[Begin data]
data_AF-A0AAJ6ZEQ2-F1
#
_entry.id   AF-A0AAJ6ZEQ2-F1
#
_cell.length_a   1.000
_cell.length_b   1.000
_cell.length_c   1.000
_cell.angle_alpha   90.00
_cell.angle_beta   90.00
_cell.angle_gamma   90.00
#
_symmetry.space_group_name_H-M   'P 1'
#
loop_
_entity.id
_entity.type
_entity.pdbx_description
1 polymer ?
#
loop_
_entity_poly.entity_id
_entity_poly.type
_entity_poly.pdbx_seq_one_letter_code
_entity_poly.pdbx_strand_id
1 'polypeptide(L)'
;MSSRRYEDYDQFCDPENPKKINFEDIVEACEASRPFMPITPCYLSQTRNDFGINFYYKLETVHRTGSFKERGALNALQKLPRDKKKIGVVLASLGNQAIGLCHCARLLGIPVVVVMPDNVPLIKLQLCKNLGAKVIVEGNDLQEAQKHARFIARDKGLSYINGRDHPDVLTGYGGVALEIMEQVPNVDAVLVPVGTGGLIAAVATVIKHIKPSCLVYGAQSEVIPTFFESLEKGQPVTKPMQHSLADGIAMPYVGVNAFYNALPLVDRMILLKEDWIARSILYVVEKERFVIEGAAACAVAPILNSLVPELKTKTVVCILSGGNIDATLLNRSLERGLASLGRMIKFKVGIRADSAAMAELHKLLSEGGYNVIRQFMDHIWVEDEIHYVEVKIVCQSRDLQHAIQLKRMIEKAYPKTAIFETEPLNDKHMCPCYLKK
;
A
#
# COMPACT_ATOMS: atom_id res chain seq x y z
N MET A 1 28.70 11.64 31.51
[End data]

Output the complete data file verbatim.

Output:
data_AF-A0AAJ6ZEQ2-F1
#
_entry.id   AF-A0AAJ6ZEQ2-F1
#
_cell.length_a   1.000
_cell.length_b   1.000
_cell.length_c   1.000
_cell.angle_alpha   90.00
_cell.angle_beta   90.00
_cell.angle_gamma   90.00
#
_symmetry.space_group_name_H-M   'P 1'
#
loop_
_entity.id
_entity.type
_entity.pdbx_description
1 polymer ?
#
loop_
_entity_poly.entity_id
_entity_poly.type
_entity_poly.pdbx_seq_one_letter_code
_entity_poly.pdbx_strand_id
1 'polypeptide(L)'
;MSSRRYEDYDQFCDPENPKKINFEDIVEACEASRPFMPITPCYLSQTRNDFGINFYYKLETVHRTGSFKERGALNALQKLPRDKKKIGVVLASLGNQAIGLCHCARLLGIPVVVVMPDNVPLIKLQLCKNLGAKVIVEGNDLQEAQKHARFIARDKGLSYINGRDHPDVLTGYGGVALEIMEQVPNVDAVLVPVGTGGLIAAVATVIKHIKPSCLVYGAQSEVIPTFFESLEKGQPVTKPMQHSLADGIAMPYVGVNAFYNALPLVDRMILLKEDWIARSILYVVEKERFVIEGAAACAVAPILNSLVPELKTKTVVCILSGGNIDATLLNRSLERGLASLGRMIKFKVGIRADSAAMAELHKLLSEGGYNVIRQFMDHIWVEDEIHYVEVKIVCQSRDLQHAIQLKRMIEKAYPKTAIFETEPLNDKHMCPCYLKK
;
A
#
# COMPACT_ATOMS: atom_id res chain seq x y z
N MET A 1 28.70 11.64 31.51